Ideas from 'The Protestant Ethic and the Spirit of Capitalism' by Max Weber [1904], by Theme Structure

[found in 'Protestant Ethic and Spirit of Capitalism' by Weber,Max [Routledge 2001,978-0-415-25406-9]].

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23. Ethics / D. Deontological Ethics / 2. Duty
The idea of duty in one's calling haunts us, like a lost religion
                        Full Idea: The idea of duty in one's calling prowls about in our lives like the ghost of dead religious beliefs.
                        From: Max Weber (The Protestant Ethic and the Spirit of Capitalism [1904], 5)
                        A reaction: Great sentence! Vast scholarship boiled down to a simple and disturbing truth. I recognise this in me. Having been 'Head of Philosophy' once is partly what motivates me to compile these ideas.
25. Society / D. Political Doctrines / 11. Capitalism
Acquisition and low consumption lead to saving, investment, and increased wealth
                        Full Idea: If people are acquisitive but consumption is limited, the inevitable result is the accumulation of capital through the compulsion to save. The restraints on consumption naturally served to increase wealth by enabling the productive investment of capital.
                        From: Max Weber (The Protestant Ethic and the Spirit of Capitalism [1904], 5)
                        A reaction: [compressed. He also quotes John Wesley saying this] In a nutshell, this is how the protestant ethic (esp. if puritan) drives capitalism. It also needs everyone to have a 'calling', and a rebellion against monasticism in favour of worldly work.
When asceticism emerged from the monasteries, it helped to drive the modern economy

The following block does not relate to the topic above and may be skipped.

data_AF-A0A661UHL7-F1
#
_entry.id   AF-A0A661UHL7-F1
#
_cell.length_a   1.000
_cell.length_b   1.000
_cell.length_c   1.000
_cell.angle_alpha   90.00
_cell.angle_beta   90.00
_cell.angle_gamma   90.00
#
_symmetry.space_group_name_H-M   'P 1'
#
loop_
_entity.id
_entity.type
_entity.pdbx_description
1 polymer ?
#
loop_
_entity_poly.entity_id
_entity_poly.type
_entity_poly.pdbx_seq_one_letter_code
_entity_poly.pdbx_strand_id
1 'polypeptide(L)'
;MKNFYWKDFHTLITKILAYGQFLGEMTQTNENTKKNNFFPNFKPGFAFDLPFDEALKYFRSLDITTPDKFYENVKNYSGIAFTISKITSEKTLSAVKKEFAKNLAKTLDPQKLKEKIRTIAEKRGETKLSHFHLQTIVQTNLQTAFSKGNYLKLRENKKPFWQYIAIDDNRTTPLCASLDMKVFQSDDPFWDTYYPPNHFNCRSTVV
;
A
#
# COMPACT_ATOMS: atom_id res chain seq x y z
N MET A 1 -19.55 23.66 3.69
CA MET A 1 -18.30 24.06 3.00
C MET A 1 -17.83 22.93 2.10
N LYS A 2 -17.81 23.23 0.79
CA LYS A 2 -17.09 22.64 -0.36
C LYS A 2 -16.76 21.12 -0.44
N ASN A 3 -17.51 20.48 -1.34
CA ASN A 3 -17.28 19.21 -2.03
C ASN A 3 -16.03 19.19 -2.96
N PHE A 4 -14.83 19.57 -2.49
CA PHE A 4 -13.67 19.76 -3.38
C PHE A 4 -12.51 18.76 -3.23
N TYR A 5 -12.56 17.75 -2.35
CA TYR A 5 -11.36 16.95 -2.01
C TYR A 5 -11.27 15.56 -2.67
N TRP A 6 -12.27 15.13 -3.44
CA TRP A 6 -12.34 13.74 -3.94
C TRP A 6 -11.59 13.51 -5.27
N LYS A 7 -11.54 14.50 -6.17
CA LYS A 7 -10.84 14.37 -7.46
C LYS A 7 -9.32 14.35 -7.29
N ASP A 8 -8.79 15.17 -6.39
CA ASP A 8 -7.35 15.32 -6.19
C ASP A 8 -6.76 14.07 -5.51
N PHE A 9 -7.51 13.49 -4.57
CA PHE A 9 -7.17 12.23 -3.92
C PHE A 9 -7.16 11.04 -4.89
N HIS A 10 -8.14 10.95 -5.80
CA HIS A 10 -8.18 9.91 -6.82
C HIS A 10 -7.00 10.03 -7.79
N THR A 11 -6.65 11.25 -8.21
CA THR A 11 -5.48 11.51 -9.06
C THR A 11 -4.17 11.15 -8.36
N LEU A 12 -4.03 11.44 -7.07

Full Idea: When asceticism was carried out of the monastic cells into everyday life, and began to dominate worldly morality, it did its part in building the tremendous cosmos of the modern economic order.
                        From: Max Weber (The Protestant Ethic and the Spirit of Capitalism [1904], 5)
                        A reaction: Since Max Weber's time I should think this is less and less true. If you hunt for ascetics in the modern world, they are probably dropped out, and pursuing green politics. Industrialists are obsessed with property and wine.
Capitalism is not unlimited greed, and may even be opposed to greed
                        Full Idea: Unlimited greed for gain is not in the least identical with capitalism, and is still less in its spirit. Capitalism may even be identical with the restraint, or at least a rational tempering, of this irrational impulse.
                        From: Max Weber (The Protestant Ethic and the Spirit of Capitalism [1904], Author's Intro)
                        A reaction: The point is that profits have to be re-invested, rather than spent on pleasure. If we are stuck with capitalism we need a theory of Ethical Capitalism.
Modern western capitalism has free labour, business separate from household, and book-keeping
                        Full Idea: The modern Occident has developed a very different form of capitalism: the rational capitalist organisation of free labour …which needed two other factors: the separation of the business from the household, and the closely connected rational book-keeping.
                        From: Max Weber (The Protestant Ethic and the Spirit of Capitalism [1904], Author's Intro)
                        A reaction: For small businesses the separation has to be maintained by a ruthless effort of imagination. Book-keeping is because the measure of loss and profit is the engine of the whole game. Labour had to be dragged free of family and community.
29. Religion / B. Monotheistic Religion / 4. Christianity / a. Christianity
Punish the heretic, but be indulgent to the sinner
                        Full Idea: The rule of the Catholic church is 'punishing the heretic, but indulgent of the sinner'.
                        From: Max Weber (The Protestant Ethic and the Spirit of Capitalism [1904], 1)
                        A reaction: Weber cites this as if it is a folklore saying. It seems to fit the teachings of Jesus, who is intensely keen on unwavering faith, but very kind to those who stray morally. Hence Graham Greene novels, all about sinners.